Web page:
The strength of a function is decided by how many dimensions it covers. There are four different stages, four different strengths of a function, starting at covering one dimension, and going up to two four dimensional functions.
Using the stack of an INTP/LII as an example, the two weakest functions, Se and Fe, are one dimensional (1D), and the two strongest, Ti and Ni, are four dimensional (4D).
The first dimension is called experience. This is the most basic dimension, to which our use of our dual-seeking (inferior) and vulnerable functions (Fe and Se for INTP) are limited. It’s a copy-paste function, we need experience with a situation for this function to work. While, because of this, being the most limited functions, we’re also very individualistic in our approach to them. Since they are only based on our experience, we do not understand the rules that surrounds it, the standard ways of doing something, and has our own approach, for good or bad.
The second dimension is norms, and applies to the mobilizing (tertiary) and role function, (for an INTP, Si and Fi). The functions in this area can be used through the two first dimensions. They are more sophisticated than the one dimensional functions, as they add the second dimension of norms. This is where we excel at understanding the rules that surrounds the function, the standard, and the allowed way of doing something. It creates a rigid approach, especially for the role function. We can’t create with it, since it’s limited to what the rules and norms are.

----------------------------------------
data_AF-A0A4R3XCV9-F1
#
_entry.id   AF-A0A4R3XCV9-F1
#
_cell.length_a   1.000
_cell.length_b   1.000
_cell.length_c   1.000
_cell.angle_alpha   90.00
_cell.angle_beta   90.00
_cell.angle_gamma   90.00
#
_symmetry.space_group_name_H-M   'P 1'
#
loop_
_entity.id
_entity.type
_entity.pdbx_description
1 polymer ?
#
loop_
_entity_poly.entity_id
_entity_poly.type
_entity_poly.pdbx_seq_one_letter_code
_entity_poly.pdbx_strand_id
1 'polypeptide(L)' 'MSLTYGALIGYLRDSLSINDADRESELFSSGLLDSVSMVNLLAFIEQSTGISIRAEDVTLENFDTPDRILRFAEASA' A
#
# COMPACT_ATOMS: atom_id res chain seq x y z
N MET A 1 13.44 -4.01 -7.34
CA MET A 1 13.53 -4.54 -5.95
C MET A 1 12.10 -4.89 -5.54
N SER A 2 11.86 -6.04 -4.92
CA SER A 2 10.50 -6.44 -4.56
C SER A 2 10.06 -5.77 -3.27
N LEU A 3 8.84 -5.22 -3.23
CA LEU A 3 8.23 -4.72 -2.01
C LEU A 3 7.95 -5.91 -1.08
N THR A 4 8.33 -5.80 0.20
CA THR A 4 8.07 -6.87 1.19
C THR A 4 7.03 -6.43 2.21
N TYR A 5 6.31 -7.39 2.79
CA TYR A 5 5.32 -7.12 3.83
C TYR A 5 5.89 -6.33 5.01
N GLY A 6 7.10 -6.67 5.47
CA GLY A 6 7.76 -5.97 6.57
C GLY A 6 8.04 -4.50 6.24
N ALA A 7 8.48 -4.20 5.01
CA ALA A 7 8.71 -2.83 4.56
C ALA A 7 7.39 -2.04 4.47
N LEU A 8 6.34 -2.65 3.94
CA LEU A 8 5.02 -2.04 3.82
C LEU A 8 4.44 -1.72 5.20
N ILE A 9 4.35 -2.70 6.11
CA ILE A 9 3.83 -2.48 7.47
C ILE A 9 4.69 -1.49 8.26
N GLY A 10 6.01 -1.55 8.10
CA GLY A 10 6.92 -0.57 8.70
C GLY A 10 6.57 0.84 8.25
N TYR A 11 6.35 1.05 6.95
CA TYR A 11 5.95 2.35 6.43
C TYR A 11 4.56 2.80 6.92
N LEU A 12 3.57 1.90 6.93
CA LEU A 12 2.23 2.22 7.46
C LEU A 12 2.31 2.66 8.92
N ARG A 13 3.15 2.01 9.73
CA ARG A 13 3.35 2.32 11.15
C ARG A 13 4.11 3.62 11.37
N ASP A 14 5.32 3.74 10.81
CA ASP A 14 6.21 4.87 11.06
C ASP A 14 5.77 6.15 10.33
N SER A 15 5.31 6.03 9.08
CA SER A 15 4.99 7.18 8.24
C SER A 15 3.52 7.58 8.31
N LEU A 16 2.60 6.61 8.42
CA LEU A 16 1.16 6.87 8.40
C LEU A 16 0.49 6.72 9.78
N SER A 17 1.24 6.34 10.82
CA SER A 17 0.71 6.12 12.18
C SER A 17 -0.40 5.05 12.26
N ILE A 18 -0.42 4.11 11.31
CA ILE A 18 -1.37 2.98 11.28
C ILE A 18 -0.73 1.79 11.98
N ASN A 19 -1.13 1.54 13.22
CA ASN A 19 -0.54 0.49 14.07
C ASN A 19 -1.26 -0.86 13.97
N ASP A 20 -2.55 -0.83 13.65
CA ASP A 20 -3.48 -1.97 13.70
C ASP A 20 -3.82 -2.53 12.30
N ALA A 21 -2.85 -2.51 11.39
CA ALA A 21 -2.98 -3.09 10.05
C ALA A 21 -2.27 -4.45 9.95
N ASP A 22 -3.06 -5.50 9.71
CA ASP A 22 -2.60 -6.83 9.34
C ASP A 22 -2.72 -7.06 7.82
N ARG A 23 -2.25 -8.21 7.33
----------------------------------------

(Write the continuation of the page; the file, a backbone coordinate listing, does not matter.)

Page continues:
The third dimension, situation, is for the creative (auxiliary) and ignoring function (Ne and Te for INTPs). Here is where creativity comes in, and where we can adapt with the function. We invent, come up with new solutions, and adapt, with this function. Here is where the functions starts being called “strong” by socioncis. With two dimensional functions, we had to learn a new “standard” to change our ways. Here, we see the information at hand, and adapt to the best way to approach it.
The fourth dimension, for the dominant and demonstrative functions, the two strongest, most sophisticated and well developed. It introduces a dynamic aspect where we not only see a situational approach to something, but understands it through the flow of time. We see information processed through these functions as a film, rather than still pictures that we see from the other functions. We look at how and why something happens, not just that it does. We have the full perspective.